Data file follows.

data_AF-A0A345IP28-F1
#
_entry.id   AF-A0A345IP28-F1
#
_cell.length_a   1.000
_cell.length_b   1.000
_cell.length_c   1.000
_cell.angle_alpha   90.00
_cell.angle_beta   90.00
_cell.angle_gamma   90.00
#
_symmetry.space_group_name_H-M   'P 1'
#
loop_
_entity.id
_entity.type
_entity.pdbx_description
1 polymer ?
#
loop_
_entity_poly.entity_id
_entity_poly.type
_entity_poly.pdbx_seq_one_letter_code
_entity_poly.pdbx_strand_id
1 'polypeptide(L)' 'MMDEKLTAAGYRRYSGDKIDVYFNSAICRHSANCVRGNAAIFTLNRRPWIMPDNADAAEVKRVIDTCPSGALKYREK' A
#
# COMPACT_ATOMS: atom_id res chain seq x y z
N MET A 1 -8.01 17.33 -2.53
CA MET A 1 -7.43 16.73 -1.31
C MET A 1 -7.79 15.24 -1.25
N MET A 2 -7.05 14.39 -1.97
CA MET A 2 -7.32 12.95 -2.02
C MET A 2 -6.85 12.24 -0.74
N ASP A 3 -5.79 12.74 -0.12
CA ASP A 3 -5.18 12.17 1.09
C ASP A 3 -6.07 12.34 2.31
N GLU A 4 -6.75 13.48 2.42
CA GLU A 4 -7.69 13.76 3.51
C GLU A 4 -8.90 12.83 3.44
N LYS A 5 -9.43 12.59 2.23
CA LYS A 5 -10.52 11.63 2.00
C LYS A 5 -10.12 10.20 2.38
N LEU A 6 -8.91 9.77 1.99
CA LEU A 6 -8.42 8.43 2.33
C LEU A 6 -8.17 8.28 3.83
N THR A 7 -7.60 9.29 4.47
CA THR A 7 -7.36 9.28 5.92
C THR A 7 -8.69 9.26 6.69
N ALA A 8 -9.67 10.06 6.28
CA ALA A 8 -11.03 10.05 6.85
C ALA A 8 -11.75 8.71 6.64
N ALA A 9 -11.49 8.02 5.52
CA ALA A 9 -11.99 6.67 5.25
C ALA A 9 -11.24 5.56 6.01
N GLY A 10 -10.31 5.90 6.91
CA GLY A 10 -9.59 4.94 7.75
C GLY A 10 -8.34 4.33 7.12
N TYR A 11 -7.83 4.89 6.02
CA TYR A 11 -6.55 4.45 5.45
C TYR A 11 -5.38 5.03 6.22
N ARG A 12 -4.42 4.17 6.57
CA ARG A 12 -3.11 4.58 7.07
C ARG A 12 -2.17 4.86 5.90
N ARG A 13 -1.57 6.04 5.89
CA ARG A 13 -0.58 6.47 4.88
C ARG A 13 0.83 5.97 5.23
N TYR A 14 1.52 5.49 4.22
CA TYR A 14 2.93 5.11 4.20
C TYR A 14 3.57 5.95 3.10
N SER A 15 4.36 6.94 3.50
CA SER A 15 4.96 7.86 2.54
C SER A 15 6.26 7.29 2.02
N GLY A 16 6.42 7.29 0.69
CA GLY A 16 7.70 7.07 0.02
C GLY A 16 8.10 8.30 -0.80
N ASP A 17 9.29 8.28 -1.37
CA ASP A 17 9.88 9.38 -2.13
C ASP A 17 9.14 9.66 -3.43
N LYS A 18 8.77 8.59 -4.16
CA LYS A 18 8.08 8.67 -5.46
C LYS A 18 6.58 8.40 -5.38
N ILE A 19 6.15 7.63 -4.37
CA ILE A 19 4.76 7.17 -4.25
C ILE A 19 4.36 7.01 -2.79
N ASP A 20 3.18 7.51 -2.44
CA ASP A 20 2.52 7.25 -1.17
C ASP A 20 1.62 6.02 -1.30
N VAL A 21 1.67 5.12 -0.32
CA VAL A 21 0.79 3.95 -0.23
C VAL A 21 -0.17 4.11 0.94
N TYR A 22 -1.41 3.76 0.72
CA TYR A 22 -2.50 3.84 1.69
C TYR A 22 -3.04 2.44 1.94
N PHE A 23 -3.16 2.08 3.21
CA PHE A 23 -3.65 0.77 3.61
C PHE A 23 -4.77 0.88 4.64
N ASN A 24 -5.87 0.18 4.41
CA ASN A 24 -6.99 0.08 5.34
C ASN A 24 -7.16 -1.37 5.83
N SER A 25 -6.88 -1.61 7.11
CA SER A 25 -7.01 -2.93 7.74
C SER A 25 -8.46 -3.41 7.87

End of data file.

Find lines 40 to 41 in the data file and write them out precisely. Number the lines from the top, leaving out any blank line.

N LYS A 5 -9.43 12.59 2.23
CA LYS A 5 -10.52 11.63 2.00